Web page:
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list to dict

What is the easiest/fastest way to build a dictionary from a list? The
list contains 100,000 entries.

Thanks,
Bart
Jul 18 '05 #1
9 2332
Bart Nessux wrote:
What is the easiest/fastest way to build a dictionary from a list? The
list contains 100,000 entries.

Thanks,
Bart

dict([(1,'a'),(2,'b')])

{1: 'a', 2: 'b'}

list of tuples -> dict !

--
Yermat

Jul 18 '05 #2
Bart Nessux wrote:
What is the easiest/fastest way to build a dictionary from a list? The
list contains 100,000 entries.


A dictionary has key/value pairs. How do you want to map
the elements of your list to this format? In pairs, or
are you using them all as keys, or something else?

-Peter
Jul 18 '05 #3
Peter Hansen wrote:
Bart Nessux wrote:
What is the easiest/fastest way to build a dictionary from a list? The
list contains 100,000 entries.

A dictionary has key/value pairs. How do you want to map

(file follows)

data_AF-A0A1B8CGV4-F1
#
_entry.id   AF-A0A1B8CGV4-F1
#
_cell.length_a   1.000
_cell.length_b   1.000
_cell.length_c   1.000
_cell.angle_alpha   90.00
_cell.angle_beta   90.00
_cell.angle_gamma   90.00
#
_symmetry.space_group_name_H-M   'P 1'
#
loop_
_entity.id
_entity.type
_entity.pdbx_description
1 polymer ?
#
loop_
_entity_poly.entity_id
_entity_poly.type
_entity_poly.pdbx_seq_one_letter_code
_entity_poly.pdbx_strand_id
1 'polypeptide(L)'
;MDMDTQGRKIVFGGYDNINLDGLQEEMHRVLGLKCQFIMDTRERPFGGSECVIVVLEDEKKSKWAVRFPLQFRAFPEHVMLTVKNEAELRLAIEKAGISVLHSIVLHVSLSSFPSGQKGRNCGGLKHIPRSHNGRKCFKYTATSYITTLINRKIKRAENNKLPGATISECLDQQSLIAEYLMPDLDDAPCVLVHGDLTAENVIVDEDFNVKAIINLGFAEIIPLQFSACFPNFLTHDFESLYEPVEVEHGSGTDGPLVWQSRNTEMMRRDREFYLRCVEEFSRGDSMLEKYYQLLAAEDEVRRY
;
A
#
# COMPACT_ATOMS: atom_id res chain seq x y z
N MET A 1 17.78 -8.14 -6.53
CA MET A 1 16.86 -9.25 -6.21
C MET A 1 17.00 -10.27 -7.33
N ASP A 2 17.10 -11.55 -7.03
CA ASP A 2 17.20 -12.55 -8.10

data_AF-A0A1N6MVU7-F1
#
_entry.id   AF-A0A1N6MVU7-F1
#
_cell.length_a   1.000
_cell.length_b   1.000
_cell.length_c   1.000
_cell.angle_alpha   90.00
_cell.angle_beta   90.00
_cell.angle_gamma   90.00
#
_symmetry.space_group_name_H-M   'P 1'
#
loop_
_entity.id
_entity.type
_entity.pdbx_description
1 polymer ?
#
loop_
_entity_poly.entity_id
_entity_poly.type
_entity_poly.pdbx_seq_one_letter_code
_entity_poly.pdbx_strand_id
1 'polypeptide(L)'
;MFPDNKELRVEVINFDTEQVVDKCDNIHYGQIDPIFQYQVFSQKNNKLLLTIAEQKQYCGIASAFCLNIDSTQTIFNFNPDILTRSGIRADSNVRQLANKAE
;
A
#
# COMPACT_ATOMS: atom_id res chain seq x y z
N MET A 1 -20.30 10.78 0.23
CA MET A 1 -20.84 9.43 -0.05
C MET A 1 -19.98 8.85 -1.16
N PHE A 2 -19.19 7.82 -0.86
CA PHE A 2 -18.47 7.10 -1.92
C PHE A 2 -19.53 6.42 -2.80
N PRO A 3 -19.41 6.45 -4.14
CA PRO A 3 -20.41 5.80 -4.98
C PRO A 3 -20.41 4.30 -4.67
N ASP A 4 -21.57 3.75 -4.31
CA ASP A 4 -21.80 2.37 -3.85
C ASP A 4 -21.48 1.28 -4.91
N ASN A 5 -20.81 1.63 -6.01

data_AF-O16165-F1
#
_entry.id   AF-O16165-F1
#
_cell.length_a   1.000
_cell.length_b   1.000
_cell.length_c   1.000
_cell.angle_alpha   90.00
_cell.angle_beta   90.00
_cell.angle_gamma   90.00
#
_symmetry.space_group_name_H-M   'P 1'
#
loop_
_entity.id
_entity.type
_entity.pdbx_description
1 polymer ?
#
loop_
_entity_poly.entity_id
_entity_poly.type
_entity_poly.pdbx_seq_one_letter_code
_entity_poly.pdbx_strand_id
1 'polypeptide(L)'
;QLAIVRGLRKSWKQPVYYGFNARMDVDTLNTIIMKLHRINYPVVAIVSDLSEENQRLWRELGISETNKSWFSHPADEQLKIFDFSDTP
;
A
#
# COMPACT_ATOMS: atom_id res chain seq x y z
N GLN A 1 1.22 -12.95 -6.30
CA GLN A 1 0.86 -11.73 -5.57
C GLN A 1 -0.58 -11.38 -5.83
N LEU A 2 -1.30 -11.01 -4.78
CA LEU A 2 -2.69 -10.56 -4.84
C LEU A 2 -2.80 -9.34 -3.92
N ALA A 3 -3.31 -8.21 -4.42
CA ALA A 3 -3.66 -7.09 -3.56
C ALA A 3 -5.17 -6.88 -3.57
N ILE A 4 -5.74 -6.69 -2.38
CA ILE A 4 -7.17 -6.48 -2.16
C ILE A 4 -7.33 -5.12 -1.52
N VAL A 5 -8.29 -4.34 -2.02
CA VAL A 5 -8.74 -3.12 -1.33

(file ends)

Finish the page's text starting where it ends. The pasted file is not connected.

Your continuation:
the elements of your list to this format? In pairs, or
are you using them all as keys, or something else?

-Peter


1 = book1
2 = book2
3 = book3
etc...
Jul 18 '05 #4
on Wed, 16 Jun 2004 09:29:23 -0400
Bart Nessux <ba*********@hotmail.com> wrote:
What is the easiest/fastest way to build a dictionary from a list? The
list contains 100,000 entries.


The first question would be, what should the keys be? If the list consists of unique, unmutable items, then you might use the items themselves as key and write:

mydict = dict(zip(mylist, mylist))

obtaining a dictionary with all the keys and values identical (therefore somewhat of a waste, but occasionally useful). Note: if your original list did not contain unique values, you end up with a set.

If you want to remember the original order of the list, then write

mydict = dict(zip(mylist, xrange(len(mylist))))
If you don't care about the key (that would be strange) then you can write:

mydict = dict(zip(xrange(len(mylist)), mylist))

Instead of len(mylist) you can also write 1000000 or any other number larger than your list.
- Josef